For all of the discussion about Derrick Rose's return from injury, the Bulls are still dangerously thin in the backcourt. D.J. Augustin and Kirk Hinrich are free agents, and Chicago has no one else on the roster who can reliably handle the ball. Banking on Rose being on the court and staying there is a terrifying proposition at this point.
Napier can be cost controlled for the next four years and is another fine fit within Tom Thibodeau's system. When under control, Napier is a pest defensively. He gets after opposing ball-handlers and has excellent lateral quickness, though his size (6'1", 175 lbs) will be a disadvantage against bigger guards.
The 2014 Final Four Most Outstanding Player provides another dynamic the Bulls desperately need: scoring. Napier can be molded into a toned-down version of what Nate Robinson brought to the Windy City in 2012-13. Thibodeau can handle controlled chaos—especially when it plays disciplined defense.
20. Toronto Raptors: Tyler Ennis, PG, Syracuse
The Canadian connection here is easy. We all have maps. Or, at the very least, access to a search engine that informs us that Ennis is from Canada and Toronto, the last time I checked, is located in that country.
Glad we cleared that up.
Beyond matching nationalities, Ennis would also provide the Raptors with a service called basketball skill. Kyle Lowry and Greivis Vasquez are both free agents this summer, and it's unlikely Toronto retains both. Vasquez is under team control as a restricted free agent, but Lowry is expected to be among the hottest commodities on the open market.
Selecting Ennis, who has dropped out of lottery contention after being a potential top-10 pick, provides insurance against one or both players departing. Ennis is an advanced pick-and-roll ball-handler with solid passing instincts and a better understanding of court spacing than most players his age. He'll fit within an NBA rotation someday.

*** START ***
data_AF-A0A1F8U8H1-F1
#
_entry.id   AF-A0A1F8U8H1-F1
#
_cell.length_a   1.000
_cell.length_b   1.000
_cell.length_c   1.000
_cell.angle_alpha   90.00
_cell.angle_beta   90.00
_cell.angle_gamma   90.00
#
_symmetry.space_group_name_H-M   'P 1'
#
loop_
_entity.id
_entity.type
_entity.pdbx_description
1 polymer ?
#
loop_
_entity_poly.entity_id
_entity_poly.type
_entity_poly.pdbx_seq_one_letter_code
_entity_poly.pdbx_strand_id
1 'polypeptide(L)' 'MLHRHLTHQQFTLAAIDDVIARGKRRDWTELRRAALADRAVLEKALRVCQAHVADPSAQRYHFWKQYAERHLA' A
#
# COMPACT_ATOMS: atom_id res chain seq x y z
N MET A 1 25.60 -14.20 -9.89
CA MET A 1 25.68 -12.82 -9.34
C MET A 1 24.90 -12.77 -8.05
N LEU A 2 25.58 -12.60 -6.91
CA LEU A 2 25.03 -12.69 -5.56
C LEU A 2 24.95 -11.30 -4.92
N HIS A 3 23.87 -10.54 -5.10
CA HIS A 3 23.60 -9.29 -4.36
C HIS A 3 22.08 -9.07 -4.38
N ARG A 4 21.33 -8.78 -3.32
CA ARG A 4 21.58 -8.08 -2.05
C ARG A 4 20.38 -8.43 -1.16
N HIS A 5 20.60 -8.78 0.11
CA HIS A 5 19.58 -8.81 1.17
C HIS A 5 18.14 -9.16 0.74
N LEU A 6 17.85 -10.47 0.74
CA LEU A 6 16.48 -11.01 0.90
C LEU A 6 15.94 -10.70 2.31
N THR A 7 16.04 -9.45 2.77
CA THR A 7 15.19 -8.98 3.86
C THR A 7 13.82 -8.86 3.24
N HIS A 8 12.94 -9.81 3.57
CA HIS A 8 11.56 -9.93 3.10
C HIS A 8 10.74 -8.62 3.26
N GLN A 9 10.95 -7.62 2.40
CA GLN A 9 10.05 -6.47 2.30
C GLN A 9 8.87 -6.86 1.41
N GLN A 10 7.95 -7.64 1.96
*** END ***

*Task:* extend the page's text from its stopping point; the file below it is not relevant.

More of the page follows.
21. Oklahoma City Thunder: P.J. Hairston, SG, Texas Legends (NBDL)
When looking at the Thunder's roster and players who will potentially be available at No. 21, Hairston instantly sticks out. Jeremy Lamb hasn't developed the way the organization expected, and Thabo Sefolosha was finally excised from the rotation in the playoffs. Hairston steps right in for Sefolosha, who will probably depart in free agency, and might wind up impinging on Lamb's minutes.
Unable to showcase his skills on the college level last season after being dismissed from North Carolina, Hairston joined the D-League's Texas Legends and instantly made an impression.
He used his 6'5", 229-pound frame to attack the rim and finish through contact, and his three-point volume was off the charts. Shot selection was an issue at times, but that's the case for most D-League games—especially for someone like Hairston, who was playing for far more than a 10-day contract.
I don't see how Oklahoma City takes a pass if Hairston is available here.
22. Memphis Grizzlies: T.J. Warren, SF, North Carolina State
Picking right up where his sophomore season left off, Warren has been a scoring machine in workouts. He's consistently come out ahead in head-to-head battles, impressing teams to the point that he'll be in the green room Thursday night. Given how much opinions fluctuated on Warren's status heading into the process, that's a big win.
A second-team All-American, Warren and UCLA's Kyle Anderson have the two most unique games in this class. Built on an amalgam of floaters and runners, Warren thrives in parts of the court where others typically die. Chris Cough of Drexel was the only player who scored more points per game on runners last season, per Synergy Sports. His points scored on shots around the basket not generated by post-ups also ranked in the top 10.
The Grizzlies have a desperate need for scoring, specifically a wing-oriented shooter. NBA playoff teams should not be trotting out Tayshaun Prince in 2014, as that is how NBA playoff teams become first-round ousters. Warren doesn't stretch out to the three-point line the way you'd hope, but he's as good as they're going to get at No. 22.
23. Utah Jazz: Jordan Clarkson, PG, Missouri
Clarkson is another guy who has vaulted himself up draft boards via workouts. He's a 6'5" athletic combo guard who is the latest to sell himself in that Russell Westbrook, no-really-I'm-a-point-guard mold. I don't know if I buy it—Clarkson's court vision and passing skills are mediocre—but teams have begun flocking to him late in the first round.